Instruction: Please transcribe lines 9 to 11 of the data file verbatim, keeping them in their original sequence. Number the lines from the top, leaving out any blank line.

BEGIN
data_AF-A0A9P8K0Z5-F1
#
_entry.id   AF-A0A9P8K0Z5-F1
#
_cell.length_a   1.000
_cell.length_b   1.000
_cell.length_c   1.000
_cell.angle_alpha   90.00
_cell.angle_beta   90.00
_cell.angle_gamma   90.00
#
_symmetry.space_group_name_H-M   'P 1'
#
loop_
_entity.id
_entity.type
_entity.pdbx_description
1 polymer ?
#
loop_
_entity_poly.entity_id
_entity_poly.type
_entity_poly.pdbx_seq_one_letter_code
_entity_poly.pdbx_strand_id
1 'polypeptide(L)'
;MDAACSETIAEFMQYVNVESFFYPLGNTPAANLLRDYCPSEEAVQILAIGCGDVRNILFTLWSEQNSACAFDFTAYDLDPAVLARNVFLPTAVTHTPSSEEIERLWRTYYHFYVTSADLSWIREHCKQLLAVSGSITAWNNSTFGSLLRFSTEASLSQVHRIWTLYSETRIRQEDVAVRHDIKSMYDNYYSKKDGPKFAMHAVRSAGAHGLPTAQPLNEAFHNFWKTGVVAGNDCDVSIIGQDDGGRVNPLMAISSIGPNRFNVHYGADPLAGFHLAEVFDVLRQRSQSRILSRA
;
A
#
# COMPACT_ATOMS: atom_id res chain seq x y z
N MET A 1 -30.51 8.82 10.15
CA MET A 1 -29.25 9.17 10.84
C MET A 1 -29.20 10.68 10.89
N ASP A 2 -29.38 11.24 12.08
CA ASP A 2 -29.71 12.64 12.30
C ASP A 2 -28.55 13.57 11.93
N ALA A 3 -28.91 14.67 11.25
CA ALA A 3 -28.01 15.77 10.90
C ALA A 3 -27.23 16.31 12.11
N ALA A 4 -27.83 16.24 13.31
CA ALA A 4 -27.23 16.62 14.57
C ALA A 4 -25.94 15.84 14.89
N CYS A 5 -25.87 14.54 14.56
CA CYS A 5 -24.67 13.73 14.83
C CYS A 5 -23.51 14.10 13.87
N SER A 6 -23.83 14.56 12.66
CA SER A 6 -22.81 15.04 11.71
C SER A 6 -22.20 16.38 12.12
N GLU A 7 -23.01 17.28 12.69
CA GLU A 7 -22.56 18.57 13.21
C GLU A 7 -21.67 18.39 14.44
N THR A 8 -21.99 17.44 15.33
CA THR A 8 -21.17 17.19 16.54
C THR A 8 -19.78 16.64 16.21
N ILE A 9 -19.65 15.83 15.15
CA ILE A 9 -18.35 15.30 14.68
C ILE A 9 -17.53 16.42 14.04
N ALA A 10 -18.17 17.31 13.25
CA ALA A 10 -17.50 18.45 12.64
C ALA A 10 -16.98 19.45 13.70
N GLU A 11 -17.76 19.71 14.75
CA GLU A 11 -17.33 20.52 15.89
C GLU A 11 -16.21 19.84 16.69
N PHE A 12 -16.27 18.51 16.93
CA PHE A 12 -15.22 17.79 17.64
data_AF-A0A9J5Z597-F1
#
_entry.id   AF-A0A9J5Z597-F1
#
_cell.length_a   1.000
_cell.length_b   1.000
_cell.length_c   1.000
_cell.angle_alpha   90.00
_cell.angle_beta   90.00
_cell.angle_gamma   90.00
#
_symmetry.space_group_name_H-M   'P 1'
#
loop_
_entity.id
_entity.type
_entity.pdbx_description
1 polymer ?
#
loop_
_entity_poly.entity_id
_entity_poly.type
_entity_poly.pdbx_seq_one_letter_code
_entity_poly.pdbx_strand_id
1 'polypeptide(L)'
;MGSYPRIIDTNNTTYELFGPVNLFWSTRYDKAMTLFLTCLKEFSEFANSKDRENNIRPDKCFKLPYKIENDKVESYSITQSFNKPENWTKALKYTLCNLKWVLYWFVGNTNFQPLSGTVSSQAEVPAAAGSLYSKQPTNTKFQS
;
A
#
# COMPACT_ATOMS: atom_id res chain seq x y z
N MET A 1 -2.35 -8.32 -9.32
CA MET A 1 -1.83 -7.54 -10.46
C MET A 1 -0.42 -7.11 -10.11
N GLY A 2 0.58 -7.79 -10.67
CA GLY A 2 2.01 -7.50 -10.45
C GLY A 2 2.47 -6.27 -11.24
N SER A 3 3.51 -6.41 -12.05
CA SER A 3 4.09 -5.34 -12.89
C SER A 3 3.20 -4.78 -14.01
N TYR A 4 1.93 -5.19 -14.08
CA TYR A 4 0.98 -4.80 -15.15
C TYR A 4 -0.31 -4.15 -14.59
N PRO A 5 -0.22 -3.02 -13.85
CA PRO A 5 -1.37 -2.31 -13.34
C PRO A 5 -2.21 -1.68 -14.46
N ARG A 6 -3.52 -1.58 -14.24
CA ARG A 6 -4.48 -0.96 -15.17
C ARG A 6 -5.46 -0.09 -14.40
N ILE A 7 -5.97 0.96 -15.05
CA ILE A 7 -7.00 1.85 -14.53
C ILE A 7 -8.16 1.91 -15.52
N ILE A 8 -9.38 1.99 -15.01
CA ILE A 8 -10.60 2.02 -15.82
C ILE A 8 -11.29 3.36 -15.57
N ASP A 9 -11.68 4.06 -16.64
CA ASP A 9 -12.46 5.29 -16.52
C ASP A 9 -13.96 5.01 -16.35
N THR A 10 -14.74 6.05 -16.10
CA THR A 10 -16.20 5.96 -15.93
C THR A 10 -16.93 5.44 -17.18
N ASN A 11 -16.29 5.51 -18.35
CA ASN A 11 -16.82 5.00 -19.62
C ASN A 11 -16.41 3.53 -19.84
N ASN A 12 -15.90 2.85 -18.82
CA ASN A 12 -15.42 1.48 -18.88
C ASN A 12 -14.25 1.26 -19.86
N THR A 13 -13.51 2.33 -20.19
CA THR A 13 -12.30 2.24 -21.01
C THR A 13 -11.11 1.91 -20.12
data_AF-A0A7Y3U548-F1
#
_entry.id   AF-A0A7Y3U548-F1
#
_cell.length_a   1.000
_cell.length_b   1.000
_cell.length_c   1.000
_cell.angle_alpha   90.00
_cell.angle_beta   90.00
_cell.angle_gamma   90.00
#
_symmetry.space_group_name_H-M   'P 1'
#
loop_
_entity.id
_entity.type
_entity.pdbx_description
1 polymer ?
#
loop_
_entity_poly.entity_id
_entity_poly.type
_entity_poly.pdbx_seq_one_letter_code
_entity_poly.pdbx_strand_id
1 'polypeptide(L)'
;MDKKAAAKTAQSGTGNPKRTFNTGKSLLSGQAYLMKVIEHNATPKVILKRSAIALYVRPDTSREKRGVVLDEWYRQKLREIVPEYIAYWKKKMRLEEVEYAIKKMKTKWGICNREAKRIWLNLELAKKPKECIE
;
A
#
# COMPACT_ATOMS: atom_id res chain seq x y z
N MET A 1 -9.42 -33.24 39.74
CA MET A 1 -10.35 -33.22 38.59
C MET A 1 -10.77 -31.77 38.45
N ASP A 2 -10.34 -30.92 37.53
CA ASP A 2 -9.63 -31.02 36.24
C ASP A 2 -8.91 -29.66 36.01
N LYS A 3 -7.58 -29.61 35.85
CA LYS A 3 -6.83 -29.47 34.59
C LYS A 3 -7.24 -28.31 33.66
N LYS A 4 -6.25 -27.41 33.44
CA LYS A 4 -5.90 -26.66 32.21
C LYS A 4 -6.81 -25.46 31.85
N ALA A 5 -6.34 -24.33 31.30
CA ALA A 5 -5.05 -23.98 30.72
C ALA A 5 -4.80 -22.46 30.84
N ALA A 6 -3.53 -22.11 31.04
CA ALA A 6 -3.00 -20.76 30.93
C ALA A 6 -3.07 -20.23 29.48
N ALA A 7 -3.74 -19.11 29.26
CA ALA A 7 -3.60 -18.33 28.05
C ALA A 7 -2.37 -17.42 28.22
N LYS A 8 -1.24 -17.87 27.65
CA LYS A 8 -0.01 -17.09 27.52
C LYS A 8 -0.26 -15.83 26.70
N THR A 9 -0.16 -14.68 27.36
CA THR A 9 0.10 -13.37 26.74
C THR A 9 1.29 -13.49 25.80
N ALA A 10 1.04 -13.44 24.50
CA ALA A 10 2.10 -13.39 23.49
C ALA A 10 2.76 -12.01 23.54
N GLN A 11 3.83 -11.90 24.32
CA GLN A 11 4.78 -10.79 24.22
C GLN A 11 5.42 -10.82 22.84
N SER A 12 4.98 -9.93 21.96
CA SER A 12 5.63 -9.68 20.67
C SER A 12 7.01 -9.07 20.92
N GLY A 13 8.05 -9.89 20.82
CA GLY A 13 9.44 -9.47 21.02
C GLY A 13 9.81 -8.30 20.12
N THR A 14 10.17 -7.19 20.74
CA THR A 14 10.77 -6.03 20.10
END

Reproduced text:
_cell.angle_beta   90.00
_cell.angle_gamma   90.00
#